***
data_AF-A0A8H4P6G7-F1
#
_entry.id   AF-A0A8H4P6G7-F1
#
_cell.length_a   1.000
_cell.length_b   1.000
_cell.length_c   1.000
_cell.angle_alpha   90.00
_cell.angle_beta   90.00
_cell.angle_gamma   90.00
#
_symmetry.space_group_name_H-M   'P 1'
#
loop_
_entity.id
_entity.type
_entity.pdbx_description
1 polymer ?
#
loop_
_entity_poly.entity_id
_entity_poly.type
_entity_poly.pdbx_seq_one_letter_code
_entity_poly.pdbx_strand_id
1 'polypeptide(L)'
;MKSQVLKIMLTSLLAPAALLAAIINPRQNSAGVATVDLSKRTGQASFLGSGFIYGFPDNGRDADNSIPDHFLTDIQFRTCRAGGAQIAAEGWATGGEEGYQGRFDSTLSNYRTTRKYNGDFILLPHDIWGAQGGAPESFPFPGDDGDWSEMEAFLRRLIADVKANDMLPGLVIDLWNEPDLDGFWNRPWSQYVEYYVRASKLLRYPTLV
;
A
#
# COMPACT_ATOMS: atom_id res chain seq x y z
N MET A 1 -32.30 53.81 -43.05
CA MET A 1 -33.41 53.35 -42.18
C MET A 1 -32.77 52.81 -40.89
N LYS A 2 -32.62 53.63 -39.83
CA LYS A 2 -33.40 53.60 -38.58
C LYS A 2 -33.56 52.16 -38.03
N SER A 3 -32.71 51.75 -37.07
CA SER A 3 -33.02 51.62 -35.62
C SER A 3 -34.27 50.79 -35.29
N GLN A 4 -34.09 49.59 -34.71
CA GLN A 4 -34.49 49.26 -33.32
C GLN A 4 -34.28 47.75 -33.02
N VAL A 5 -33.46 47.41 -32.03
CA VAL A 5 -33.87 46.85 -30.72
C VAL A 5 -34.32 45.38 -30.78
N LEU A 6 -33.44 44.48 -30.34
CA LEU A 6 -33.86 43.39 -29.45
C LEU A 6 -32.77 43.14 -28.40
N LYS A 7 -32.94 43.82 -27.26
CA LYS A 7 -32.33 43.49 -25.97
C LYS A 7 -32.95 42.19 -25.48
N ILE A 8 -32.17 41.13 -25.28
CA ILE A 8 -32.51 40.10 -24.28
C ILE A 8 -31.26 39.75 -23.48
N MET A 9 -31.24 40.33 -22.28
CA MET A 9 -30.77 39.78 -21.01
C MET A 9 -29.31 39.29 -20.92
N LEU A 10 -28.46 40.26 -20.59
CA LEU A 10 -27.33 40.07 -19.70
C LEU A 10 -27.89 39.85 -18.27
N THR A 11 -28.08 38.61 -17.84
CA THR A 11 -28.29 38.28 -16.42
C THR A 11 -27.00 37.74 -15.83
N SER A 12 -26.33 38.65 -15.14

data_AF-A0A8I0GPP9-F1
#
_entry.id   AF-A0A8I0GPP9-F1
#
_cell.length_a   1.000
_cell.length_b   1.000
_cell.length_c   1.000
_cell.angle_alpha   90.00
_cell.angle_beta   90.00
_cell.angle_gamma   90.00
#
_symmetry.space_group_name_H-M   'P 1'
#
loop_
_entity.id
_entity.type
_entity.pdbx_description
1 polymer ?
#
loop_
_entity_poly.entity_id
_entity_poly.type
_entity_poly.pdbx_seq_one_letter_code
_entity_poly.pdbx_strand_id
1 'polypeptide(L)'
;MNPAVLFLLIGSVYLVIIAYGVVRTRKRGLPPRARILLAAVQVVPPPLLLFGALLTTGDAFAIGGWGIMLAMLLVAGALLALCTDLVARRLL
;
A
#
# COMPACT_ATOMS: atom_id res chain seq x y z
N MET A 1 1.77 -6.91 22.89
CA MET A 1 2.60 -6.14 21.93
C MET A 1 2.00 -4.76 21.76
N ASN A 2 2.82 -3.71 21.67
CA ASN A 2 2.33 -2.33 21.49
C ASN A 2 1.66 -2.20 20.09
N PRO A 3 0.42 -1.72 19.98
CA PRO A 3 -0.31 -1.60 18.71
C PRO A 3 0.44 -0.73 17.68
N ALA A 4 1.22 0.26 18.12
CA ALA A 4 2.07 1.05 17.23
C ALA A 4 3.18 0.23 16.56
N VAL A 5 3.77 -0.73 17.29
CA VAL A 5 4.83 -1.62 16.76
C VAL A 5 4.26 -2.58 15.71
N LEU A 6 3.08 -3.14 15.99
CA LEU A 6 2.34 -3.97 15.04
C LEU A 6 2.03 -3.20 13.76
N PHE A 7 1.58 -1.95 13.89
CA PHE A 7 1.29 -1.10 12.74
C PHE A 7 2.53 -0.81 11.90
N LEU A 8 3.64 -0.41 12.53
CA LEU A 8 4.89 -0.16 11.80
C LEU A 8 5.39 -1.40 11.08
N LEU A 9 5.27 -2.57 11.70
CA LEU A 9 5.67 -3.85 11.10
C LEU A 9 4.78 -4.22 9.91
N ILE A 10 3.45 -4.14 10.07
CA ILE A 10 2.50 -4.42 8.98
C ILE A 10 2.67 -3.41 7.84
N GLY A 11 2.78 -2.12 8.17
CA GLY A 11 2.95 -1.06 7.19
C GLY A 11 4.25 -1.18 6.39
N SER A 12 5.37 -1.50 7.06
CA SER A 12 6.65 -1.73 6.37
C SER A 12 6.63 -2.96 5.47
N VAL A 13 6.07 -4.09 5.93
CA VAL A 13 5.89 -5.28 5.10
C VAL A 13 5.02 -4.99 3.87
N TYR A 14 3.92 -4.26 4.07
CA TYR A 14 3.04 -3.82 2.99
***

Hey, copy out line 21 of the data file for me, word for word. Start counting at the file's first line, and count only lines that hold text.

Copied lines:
_entity_poly.entity_id